Ethnobotanical Uses of Medicinal Plants for the Treatment of Herniated Disc in Turkish Traditional Medicine

Ethnobotanical Uses of Medicinal Plants for the Treatment of Herniated Disc in Turkish Traditional Medicine

Mustafa Eray Bozyel (Canakkale Onsekiz Mart University, Turkey), Elif Merdamert Bozyel (Canakkale Onsekiz Mart University, Turkey) and Kerem Canli (Dokuz Eylül University, Turkey)
Copyright: © 2020 |Pages: 14
DOI: 10.4018/978-1-7998-1320-0.ch011


Humans have known the therapeutic properties and plant origin poisons of many plant species since ancient times. Ancient people who had no real and scientific knowledge on diseases and treatments tried to find solutions to these problems by the opportunities they had and the theories they could produce. Plants are the most important source of traditional folk medicine. People around the world have benefited from plants grown in their environment for this purpose. In these drugs, whole plant or various plant organs or secondary substances were used. Over the years, several therapies have emerged to treat herniated disc, ranging from conservative treatment to minimally invasive and percutaneous techniques to open surgical methods. This chapter examines the recent studies to form a compilation on ethnobotanical uses of medicinal plants for the treatment of herniated disc and their local names, parts, and usage forms in Turkish traditional medicine.
Chapter Preview


Medicinal plant culture is an indispensable accumulation of knowledge depending on observations, and trial and errors for centuries. It started with garlic, castor oil and myrrh in the Egyptian Ebers papyrus in 1500 BC. It is a traditional culture that has reached today with the help of Indian, Chinese and Arabic medicine (Emre, 2012).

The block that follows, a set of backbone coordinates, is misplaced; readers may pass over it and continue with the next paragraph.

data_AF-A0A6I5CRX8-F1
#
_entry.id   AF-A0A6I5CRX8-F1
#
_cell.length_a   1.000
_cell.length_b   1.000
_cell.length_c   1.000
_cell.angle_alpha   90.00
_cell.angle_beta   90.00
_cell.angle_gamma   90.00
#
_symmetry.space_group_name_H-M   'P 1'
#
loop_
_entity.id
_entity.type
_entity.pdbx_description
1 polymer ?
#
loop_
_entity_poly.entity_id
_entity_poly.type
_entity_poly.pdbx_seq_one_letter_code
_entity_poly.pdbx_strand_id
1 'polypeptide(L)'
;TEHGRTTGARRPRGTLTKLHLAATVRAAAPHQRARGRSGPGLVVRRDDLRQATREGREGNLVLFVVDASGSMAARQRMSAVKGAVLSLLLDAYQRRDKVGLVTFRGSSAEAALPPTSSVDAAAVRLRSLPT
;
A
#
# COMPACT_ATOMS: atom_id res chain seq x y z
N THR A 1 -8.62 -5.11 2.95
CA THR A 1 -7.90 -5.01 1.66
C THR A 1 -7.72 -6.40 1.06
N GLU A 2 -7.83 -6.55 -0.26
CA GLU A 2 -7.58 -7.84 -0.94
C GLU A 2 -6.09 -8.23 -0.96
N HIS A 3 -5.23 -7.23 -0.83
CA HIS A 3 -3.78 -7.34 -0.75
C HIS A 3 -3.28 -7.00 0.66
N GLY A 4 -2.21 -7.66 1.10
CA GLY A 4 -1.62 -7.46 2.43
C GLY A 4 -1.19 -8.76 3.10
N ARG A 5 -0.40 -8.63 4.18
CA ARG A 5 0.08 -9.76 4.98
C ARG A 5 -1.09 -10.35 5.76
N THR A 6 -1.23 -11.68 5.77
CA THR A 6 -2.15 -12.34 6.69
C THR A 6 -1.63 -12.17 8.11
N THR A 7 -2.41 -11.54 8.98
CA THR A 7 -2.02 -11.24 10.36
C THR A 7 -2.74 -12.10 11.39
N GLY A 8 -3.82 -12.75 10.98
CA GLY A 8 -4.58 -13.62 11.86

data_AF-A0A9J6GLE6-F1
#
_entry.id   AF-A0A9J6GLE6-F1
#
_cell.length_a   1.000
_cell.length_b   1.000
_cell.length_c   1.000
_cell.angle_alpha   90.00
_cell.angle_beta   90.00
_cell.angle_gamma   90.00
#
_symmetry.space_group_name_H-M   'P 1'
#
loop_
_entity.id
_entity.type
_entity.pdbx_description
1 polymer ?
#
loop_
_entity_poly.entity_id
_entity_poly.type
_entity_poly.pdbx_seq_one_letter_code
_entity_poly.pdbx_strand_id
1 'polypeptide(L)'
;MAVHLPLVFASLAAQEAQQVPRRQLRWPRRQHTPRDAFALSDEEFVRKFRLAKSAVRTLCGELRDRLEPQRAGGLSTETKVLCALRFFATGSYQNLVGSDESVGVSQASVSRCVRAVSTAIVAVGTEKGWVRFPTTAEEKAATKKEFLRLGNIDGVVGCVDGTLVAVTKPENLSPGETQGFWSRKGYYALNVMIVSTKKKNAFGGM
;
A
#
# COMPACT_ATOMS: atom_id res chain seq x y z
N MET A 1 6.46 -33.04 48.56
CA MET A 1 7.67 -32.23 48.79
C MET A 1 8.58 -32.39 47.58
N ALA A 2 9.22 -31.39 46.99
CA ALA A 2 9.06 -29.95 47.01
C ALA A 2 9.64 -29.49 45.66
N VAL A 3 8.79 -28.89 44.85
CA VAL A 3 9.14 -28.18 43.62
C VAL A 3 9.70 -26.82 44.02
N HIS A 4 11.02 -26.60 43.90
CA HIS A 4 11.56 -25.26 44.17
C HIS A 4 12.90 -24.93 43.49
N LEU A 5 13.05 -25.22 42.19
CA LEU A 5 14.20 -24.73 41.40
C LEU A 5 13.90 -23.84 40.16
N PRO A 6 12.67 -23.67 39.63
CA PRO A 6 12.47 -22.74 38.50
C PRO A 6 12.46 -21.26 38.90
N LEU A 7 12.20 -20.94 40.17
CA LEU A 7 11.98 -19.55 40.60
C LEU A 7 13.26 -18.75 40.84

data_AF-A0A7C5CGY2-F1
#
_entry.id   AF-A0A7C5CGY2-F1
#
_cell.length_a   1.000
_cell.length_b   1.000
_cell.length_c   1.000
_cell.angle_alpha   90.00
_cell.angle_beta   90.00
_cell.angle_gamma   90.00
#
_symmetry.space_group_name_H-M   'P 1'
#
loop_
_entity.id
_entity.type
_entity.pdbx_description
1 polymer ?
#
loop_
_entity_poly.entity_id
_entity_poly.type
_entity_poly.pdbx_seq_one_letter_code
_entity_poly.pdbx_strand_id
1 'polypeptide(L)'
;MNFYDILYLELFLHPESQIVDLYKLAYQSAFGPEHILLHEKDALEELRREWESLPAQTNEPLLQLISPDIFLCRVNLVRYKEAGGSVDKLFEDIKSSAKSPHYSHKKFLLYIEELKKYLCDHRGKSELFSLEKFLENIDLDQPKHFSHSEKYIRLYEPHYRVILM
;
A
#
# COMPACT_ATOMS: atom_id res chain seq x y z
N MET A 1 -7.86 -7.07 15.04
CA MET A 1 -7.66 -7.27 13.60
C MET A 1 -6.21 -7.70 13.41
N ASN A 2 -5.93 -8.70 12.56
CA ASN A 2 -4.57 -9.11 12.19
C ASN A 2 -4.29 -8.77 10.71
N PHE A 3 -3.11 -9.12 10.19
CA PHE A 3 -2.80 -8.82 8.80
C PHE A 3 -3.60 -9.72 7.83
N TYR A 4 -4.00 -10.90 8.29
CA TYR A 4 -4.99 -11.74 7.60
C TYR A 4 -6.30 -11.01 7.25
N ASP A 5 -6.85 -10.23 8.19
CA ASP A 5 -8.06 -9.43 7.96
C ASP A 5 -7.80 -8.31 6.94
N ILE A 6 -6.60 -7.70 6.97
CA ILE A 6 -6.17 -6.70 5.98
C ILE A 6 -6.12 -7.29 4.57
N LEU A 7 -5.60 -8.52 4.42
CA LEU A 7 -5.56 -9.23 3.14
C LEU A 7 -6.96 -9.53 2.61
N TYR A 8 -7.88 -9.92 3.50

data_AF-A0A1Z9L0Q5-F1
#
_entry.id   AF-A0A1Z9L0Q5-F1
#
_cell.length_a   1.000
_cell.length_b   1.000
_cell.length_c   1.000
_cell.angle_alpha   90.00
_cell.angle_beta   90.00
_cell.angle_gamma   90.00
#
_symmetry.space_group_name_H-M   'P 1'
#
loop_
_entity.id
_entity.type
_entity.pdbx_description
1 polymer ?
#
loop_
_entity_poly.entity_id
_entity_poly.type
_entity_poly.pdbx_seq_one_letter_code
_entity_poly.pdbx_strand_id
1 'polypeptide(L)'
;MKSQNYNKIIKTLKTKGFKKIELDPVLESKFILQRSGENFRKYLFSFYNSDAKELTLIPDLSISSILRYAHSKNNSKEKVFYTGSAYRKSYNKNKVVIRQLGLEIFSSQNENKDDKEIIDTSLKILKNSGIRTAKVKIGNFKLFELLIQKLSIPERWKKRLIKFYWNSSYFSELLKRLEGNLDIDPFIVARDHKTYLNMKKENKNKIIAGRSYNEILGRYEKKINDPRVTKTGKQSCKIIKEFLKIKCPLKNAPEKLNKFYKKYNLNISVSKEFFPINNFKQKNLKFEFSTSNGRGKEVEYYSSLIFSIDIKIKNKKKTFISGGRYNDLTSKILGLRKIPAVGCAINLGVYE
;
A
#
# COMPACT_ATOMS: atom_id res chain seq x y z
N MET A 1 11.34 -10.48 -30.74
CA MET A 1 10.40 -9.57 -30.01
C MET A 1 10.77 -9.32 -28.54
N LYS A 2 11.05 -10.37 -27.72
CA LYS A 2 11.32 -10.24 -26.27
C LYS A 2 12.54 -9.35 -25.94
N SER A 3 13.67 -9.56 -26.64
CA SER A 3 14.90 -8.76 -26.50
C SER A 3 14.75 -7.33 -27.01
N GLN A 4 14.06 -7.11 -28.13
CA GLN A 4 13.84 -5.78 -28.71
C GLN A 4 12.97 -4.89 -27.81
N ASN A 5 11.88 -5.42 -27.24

In general, the branch of science that investigates the folk culture of plants is called ethnobotany. Local studies on this subject are also studies that contribute to the recognition of world culture. In this respect, ethnobotanical studies aiming to provide a permanent accumulation of the folk culture that humanity has developed in the historical process and transfer to the next generations are carried on by caring about the world.

It is very clear that our country, which has a very rich environment in terms of plants, has also a very important position in terms of ethnobotany. Anatolia, where there is a very rich cultural accumulation, carries the traces of various civilizations. Therefore, Turkey is a very rich source for ethnobotanical research. It is very important to evaluate this source and to contribute to the recognition of our country in this respect with scientific studies. Ethnobotanical studies also allow our culture to be detected in time. Ethnobotanical research on the scientific validity has shown much increase over the past 40 years and especially the last 20 years in Turkey.

Wild plants used as herbal folk remedies and nutrients have a special importance for public health within ethnobotanical studies. With the increasing researches on these subjects, the situation in our country is tried to be recognized scientifically.

As it is known, the most important condition of being healthy is healthy nutrition. Plants are one of our most valuable nutrients because they contain vitamins, minerals and a variety of health-related substances, and they help to maintain body resistance against diseases.